Posts Tagged ‘Middle East’


It is time to hold these politicians accountable

 

*NOTE: H. Res. 268 I personally agree on this one as you can see so does the Congressman and Congresswomen above do as well. None the less shows that Rep. Dennis Ross (R-FL) apparently does not know his own voting record.

This goes on forever you get the drift…Once again when you start to hold our Politicians accountable they want to basically call you a liar…


President Obama, whose standing abroad helped earn him a Nobel Peace Prize in his first year in office, has declined in popularity in the Arab world since his Cairo speech in the summer of 2009. From an American Arab Institute poll conducted by Zogby International:

With the 2008 election of Barack Obama, favorable attitudes toward the U.S. more than doubled in many Arab countries. But in the two years since his famous “Cairo speech,” ratings for both the U.S. and the President have spiraled downwards. The President is seen overwhelmingly as failing to meet the expectations set during his speech, and the vast majority of those surveyed disagree with U.S policies.

In five out of the six countries surveyed, the U.S. was viewed less favorably than Turkey, China, France—or Iran. Far from seeing the U.S. as a leader in the post-Arab Spring environment, the countries surveyed viewed “U.S. interference in the Arab world” as the greatest obstacle to peace and stability in the Middle East, second only to the continued Palestinian occupation.


And to think he is being not only rejected by the American voter but also by the Israeli PM……..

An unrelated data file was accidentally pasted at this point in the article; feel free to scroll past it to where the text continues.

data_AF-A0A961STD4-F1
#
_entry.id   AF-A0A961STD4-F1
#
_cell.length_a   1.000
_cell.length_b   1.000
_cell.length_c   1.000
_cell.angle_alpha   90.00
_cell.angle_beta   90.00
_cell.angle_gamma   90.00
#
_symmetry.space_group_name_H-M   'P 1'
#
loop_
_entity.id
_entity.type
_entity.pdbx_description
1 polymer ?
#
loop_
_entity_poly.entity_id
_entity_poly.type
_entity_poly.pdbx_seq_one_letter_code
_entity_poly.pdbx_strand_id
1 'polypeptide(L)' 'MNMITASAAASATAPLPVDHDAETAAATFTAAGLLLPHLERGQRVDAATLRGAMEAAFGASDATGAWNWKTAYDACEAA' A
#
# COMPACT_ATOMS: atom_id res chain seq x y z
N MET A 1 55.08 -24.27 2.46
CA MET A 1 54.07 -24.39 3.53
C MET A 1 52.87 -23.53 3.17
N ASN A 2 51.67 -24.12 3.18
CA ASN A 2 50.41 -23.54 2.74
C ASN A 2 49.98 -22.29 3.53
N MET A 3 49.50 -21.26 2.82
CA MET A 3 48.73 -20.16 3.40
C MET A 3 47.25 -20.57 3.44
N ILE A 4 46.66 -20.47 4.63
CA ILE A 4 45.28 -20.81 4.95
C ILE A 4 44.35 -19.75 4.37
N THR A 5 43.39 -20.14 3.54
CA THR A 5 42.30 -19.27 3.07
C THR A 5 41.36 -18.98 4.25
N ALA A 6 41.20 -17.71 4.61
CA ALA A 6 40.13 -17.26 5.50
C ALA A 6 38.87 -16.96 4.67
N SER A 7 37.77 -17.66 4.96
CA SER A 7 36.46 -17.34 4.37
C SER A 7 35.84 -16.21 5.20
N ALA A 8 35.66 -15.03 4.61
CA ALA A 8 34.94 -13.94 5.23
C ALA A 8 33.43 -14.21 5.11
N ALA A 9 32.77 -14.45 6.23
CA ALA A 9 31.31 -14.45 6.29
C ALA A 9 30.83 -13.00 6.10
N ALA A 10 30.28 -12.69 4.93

President Barack Obama has held talks on the peace process with Israeli Prime Minister Benjamin Netanyahu at the White House.


REASON NUMBER 5: (Iraq War)

Obama said that all troops would be out of Iraq by August 31st 2010…We are now almost in August of 2011 and still no troop with drawl….

Don’t take my word for it…take his..

REASON NUMBER 4: (Obamacare)

Majority of Americans both Republican & Democrat sent a huge wake up call to Washington DC. In the midterm elections of 2010…That message was REPEAL AND REPLACE Obamacare….What does Obama say to that? He fights it tooth and nail…

REASON NUMBER 3: (Gulf Oil Spill)

Millions of gallons of oil was spilling out into the gulf..What was Obama’s response? “What do you want me to do, get down with a straw and suck it out?” YES MR. PRESIDENT …He criticized Bush on Katrina well the Gulf Oil Spill is Obama’s Katrina…….

REASON NUMBER 2: (Huge deficit)

Obama said that by the end of his 1st term he would cut the deficit in half….He has almost doubled it since he has been in office……14 TRILLION dollars…..